Is telemedicine coverage a good or bad idea for clients with HSA eligible employees?

Apr 11 2016 | K.C. Barner, Assistant Vice President and Counsel, Benefits Compliance

Unfortunately, there is no clear answer, as compliance issues can make matters that initially appear simple become murky as lake water after a good storm.
Formally defined by the American Telemedicine Association, “telemedicine” is the use of medical information exchanged from one site to another via electronic communications to improve a patient’s clinical health status. Telemedicine is not new, but it is growing in popularity among employers and employees for a variety of reasons, such as, cost efficiency, technological advancements and convenience. Moreover, many states are not only encouraging the use of telemedicine, but mandating it. However, employers sponsoring high deductible health plans (HDHPs) should be diligent when adding telemedicine coverage to their plans so health savings account (HSA) eligibility is not adversely affected for participants.

As quick background, employers offering an HSA option may offer employees 1) permitted coverage 2) permitted insurance 3) preventive care 4) or other “insignificant” medical benefits without jeopardizing the employees’ HSA eligibility. Anything other than these four categories will likely be considered “impermissible coverage,” which is defined as coverage that would cover medical expenses below the statutory deductible of the qualifying HDHP. As a reminder, for 2016 the statutory minimum deductible is $1,300 for self-only coverage and $2,600 for any coverage other than self-only.

Out of these four categories, telemedicine does not fall into either the “permitted coverage” or “permitted insurance” definitions, so the question is whether it is considered to offer “preventive care” or “insignificant” medical benefits.

First, let’s take a look at “preventative care.” If the telemedicine coverage provided can be used for preventive services, then it will not interfere with HSA eligibility because preventive services can be provided prior to the statutory minimum deductible being met for a qualifying HDHP. That said, rarely is there a charge for preventive services anymore, unless the plan is grandfathered. Most major medical plans are not grandfathered and are covering all preventive services at zero-cost sharing anyway.

Next, it is important to consider the consequence of offering “significant” medical benefits. If the telemedicine coverage provided results in significant medical benefits—such as a diagnosis, treatment plan and even a prescription—at no charge prior to the statutory deductible being met, then there is a good chance that this will render the participants ineligible to make or receive HSA contributions. This could be problematic, since the services provided by the telemedicine coverage are likely the same services that are covered under the HDHP (physician consultations, diagnosis, treatment plans, etc.) before the statutory minimum deductible is met.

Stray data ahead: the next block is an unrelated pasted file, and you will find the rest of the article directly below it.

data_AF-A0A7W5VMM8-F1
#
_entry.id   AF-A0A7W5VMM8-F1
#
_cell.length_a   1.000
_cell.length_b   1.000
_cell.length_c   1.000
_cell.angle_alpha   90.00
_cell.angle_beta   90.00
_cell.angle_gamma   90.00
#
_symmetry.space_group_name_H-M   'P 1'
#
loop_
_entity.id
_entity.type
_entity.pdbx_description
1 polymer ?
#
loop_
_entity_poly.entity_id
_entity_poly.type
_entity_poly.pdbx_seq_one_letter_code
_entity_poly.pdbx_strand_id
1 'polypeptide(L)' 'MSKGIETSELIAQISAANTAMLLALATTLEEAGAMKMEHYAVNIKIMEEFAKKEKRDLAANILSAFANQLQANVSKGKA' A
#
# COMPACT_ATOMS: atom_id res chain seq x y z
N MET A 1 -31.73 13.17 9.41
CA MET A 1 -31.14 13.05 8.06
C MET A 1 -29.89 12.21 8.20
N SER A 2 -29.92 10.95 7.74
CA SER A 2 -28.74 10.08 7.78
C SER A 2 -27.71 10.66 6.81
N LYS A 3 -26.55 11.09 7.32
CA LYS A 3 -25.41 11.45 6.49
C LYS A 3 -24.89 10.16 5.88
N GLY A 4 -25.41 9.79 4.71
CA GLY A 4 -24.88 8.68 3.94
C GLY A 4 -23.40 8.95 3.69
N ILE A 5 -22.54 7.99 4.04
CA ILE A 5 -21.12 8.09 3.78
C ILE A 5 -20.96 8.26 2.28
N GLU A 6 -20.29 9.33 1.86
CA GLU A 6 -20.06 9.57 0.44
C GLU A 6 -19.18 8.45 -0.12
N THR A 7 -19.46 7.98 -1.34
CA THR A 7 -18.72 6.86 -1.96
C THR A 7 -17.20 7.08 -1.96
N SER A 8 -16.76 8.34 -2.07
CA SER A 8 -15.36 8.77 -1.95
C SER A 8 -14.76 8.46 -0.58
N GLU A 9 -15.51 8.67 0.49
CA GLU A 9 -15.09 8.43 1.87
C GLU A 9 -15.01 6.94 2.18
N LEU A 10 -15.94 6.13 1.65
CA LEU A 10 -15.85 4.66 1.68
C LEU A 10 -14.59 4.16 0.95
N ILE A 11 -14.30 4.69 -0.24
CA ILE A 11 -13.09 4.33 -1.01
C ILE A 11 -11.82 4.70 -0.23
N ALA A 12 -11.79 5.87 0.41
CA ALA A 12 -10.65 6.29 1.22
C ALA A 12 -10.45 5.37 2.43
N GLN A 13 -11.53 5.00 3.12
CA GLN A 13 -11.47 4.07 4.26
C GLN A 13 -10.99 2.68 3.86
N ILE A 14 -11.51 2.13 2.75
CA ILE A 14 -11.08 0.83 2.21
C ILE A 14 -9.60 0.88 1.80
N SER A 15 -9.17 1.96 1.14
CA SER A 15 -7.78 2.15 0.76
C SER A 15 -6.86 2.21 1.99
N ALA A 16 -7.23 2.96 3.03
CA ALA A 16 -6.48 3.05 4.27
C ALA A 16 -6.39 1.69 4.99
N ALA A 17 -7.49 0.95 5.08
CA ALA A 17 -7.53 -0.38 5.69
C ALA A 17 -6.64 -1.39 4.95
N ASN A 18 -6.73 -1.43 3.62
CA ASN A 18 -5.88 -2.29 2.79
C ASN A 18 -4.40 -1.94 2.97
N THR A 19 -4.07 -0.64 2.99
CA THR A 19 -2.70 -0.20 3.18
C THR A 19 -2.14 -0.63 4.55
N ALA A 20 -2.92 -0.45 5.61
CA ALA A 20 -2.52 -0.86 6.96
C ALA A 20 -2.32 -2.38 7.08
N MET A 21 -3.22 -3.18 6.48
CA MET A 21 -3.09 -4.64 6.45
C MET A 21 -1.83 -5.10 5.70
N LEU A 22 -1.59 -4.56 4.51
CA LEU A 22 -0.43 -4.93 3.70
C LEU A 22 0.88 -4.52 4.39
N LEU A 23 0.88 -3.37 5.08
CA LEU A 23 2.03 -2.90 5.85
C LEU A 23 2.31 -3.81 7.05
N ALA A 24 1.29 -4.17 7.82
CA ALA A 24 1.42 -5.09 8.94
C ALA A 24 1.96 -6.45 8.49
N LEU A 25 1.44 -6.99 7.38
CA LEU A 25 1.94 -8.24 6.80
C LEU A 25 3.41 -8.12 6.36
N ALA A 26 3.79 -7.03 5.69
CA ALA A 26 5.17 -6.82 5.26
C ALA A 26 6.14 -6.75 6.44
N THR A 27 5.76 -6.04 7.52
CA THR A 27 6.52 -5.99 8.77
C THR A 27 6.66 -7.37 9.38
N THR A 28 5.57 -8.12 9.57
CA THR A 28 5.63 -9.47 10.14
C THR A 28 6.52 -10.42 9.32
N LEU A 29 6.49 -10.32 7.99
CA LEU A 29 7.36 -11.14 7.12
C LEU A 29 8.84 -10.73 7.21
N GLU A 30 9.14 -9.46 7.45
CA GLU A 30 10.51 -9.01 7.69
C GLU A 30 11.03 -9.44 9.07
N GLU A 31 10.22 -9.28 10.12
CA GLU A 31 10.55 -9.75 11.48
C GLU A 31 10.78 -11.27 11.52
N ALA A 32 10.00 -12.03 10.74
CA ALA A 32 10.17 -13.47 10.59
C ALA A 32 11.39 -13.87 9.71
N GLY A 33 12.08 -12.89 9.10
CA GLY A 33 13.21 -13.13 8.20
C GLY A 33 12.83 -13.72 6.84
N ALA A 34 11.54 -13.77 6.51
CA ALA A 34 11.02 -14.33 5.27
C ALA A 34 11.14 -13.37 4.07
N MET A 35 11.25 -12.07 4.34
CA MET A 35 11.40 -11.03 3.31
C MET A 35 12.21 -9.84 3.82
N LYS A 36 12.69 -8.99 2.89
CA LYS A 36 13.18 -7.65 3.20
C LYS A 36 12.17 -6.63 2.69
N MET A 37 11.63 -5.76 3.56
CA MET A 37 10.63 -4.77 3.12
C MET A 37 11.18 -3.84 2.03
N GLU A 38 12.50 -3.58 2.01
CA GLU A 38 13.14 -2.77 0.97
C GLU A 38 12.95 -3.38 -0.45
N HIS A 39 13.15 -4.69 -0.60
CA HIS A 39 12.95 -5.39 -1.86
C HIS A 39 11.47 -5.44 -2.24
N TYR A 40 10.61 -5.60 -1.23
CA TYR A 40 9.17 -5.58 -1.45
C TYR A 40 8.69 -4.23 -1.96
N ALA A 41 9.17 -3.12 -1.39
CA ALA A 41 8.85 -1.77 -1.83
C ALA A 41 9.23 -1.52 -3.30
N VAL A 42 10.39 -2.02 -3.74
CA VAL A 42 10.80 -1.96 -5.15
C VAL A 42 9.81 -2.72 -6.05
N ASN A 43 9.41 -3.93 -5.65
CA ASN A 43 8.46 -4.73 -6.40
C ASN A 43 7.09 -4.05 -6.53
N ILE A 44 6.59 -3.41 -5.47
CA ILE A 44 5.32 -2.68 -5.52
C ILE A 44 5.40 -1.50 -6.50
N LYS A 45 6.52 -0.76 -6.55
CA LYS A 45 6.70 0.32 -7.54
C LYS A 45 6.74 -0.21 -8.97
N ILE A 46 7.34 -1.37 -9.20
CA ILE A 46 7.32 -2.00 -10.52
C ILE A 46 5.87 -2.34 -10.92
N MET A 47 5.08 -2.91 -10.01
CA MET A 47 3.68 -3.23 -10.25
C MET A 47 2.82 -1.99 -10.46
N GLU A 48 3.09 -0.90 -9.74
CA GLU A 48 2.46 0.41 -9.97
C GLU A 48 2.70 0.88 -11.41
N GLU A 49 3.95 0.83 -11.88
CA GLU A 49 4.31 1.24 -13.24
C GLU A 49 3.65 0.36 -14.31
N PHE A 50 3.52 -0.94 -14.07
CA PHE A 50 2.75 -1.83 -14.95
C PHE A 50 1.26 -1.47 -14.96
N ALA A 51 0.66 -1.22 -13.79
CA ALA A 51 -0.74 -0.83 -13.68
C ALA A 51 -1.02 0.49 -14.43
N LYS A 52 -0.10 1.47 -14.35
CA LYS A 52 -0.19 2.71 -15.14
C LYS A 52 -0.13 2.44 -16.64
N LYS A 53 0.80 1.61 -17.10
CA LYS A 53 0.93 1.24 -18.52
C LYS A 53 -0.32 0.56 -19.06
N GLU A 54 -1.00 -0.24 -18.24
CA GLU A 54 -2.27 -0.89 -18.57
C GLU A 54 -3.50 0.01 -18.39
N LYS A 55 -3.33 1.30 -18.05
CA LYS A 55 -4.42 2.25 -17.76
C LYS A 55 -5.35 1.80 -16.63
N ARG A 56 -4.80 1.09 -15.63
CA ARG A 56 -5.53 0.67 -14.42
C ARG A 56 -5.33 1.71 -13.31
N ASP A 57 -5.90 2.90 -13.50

Finally, there is an alternative option available. The telemedicine coverage could be designed to provide preventive services prior to the statutory minimum deductible being met, but would have to charge the same deductible, copayment, etc. normally imposed under the HDHP for any “significant” medical services provided prior to that deductible being met. So, once the statutory minimum deductible was met, the telemedicine coverage would provide additional diagnostic treatment at no cost without jeopardizing the participant’s HSA eligibility.

To summarize, if the plan design presents the problem of significant medical benefits being provided by the telemedicine coverage at no charge prior to the statutory minimum deductible being met, then there is a good chance that this will render the participants ineligible to make or receive HSA contributions. In absence of direct guidance on this issue, from a compliance perspective, it is better to be more conservative meaning that the recommendation would be to err on the side of caution and consult with legal counsel prior to implementing such a plan design. Or, use the workaround design mentioned above so the telemedicine coverage would still impose the same deductible, copayment, etc. normally imposed under the HDHP, but only until the statutory minimum deductible was met.